Last week, over in Google Plus, I shared a post to a rather short video clip titled “Ira Glass on Storytelling“, where you can certainly witness some of that creativity I mentioned above already. It’s just a short video clip of a little bit under two minutes where Ira Glass himself gets to talk about the process of putting together stories, what it takes, what it involves, both from a process perspective, to how it actually works out, about doing some creative work, and how in some cases, perhaps most cases, things don’t tend to work out all right, at least, in the way we expected it to be and for a rather long period of time. The rest is just an absolutely delightful account that pretty much describes why the whole process, even while you are still learning, or why you are failing to some degree, is very much worth while. And why we just need to keep pushing further along…

Ira Glass on Storytelling from David Shiyang Liu on Vimeo.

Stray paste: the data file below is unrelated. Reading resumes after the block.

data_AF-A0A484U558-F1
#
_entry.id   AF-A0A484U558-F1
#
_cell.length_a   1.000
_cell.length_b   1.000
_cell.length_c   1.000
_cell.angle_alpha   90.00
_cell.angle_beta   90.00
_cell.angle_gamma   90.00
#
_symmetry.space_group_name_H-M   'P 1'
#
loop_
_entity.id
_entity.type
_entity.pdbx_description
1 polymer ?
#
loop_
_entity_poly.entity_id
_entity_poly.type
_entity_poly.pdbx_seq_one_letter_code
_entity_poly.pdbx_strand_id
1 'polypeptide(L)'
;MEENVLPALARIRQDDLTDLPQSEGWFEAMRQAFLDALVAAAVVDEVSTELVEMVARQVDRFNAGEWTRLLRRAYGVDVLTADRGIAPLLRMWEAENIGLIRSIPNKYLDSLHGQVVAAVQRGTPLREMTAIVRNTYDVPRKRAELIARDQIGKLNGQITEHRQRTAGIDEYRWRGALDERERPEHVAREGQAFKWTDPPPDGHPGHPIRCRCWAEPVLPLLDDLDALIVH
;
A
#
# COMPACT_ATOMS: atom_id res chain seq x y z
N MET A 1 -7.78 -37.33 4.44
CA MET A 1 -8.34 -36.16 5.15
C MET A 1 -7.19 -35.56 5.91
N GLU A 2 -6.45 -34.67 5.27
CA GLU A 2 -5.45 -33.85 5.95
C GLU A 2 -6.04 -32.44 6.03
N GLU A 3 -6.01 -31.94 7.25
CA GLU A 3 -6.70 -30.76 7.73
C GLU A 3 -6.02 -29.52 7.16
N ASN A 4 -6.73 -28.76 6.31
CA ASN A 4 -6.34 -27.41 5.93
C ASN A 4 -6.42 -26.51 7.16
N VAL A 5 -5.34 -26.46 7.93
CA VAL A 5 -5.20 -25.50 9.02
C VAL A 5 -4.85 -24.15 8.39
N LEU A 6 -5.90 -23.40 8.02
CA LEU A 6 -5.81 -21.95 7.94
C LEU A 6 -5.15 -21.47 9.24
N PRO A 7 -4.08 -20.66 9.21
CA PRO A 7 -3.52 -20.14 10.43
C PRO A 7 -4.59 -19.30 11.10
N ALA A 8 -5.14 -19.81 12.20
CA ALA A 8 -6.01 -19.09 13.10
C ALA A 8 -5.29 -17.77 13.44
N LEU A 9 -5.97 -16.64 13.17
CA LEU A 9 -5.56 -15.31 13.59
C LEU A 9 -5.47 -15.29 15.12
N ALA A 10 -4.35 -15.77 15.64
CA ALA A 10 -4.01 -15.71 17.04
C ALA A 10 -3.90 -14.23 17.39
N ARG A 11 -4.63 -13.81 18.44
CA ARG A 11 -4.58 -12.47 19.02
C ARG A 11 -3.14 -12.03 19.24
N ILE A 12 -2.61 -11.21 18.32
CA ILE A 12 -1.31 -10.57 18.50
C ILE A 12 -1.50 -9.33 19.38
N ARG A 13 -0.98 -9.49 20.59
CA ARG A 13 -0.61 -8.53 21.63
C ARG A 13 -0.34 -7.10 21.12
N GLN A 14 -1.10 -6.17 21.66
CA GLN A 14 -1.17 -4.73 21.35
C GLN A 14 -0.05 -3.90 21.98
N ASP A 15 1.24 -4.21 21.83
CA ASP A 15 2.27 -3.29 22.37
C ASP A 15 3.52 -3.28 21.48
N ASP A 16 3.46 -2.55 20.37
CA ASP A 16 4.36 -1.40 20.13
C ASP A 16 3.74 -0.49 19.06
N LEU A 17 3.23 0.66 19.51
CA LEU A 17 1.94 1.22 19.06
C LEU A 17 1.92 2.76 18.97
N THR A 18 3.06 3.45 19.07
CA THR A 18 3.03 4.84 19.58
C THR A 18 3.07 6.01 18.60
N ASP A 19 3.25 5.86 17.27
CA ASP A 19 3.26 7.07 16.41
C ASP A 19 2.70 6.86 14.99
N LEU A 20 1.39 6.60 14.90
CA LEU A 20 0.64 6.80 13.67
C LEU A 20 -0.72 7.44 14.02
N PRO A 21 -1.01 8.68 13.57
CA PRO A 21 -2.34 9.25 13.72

The wonderful thing though, for me, from sharing this post amongst my Plus networks, was that one of my good friends, Rachel Happe, left a great comment where she eventually pointed out to the entire video clip, which is actually an interview with Ira himself, divided in four parts (Part I, Part II, Part III and Part IV), where he gets to talk about Storytelling, the power of the anecdote, what are those moments of reflection while telling stories, how we can go out there look for great stories, why some times we may not be as creative as we thought we were (And lots of practical tips on how to overcome those roadblocks), how we have got that special ability for good taste and for getting rid of cr*p, and how we should use it as often as we possibly could. To then finally finish it all off sharing a couple of pitfalls that people seem to make when putting together stories, using whatever media, and which he advises on avoiding time and time again… But I will let you go and find out more about those two for yourself by watching Part IV of the interview. Here is Part I to get you started: